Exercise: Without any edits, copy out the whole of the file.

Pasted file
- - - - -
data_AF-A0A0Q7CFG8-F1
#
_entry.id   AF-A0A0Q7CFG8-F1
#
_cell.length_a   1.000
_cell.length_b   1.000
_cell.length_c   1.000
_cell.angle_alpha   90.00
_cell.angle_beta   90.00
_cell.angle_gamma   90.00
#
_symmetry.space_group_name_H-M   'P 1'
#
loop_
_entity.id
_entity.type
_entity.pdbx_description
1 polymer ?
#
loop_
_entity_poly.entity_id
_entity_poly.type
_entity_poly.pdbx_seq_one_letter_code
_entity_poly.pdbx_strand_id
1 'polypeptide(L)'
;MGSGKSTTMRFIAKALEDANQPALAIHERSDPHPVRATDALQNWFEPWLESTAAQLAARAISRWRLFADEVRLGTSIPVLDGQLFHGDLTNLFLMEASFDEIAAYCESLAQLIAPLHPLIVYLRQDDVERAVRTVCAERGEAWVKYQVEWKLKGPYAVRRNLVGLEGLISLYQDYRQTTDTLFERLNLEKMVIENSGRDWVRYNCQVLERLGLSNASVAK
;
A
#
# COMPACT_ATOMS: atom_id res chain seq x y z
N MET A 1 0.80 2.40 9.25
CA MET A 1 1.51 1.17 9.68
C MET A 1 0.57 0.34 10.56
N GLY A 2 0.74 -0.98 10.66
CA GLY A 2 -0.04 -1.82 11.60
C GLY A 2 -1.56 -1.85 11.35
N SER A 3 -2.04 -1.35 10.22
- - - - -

data_AF-A0A0Q7CFG8-F1
#
_entry.id   AF-A0A0Q7CFG8-F1
#
_cell.length_a   1.000
_cell.length_b   1.000
_cell.length_c   1.000
_cell.angle_alpha   90.00
_cell.angle_beta   90.00
_cell.angle_gamma   90.00
#
_symmetry.space_group_name_H-M   'P 1'
#
loop_
_entity.id
_entity.type
_entity.pdbx_description
1 polymer ?
#
loop_
_entity_poly.entity_id
_entity_poly.type
_entity_poly.pdbx_seq_one_letter_code
_entity_poly.pdbx_strand_id
1 'polypeptide(L)'
;MGSGKSTTMRFIAKALEDANQPALAIHERSDPHPVRATDALQNWFEPWLESTAAQLAARAISRWRLFADEVRLGTSIPVLDGQLFHGDLTNLFLMEASFDEIAAYCESLAQLIAPLHPLIVYLRQDDVERAVRTVCAERGEAWVKYQVEWKLKGPYAVRRNLVGLEGLISLYQDYRQTTDTLFERLNLEKMVIENSGRDWVRYNCQVLERLGLSNASVAK
;
A
#
# COMPACT_ATOMS: atom_id res chain seq x y z
N MET A 1 0.80 2.40 9.25
CA MET A 1 1.51 1.17 9.68
C MET A 1 0.57 0.34 10.56
N GLY A 2 0.74 -0.98 10.66
CA GLY A 2 -0.04 -1.82 11.60
C GLY A 2 -1.56 -1.85 11.35
N SER A 3 -2.04 -1.35 10.22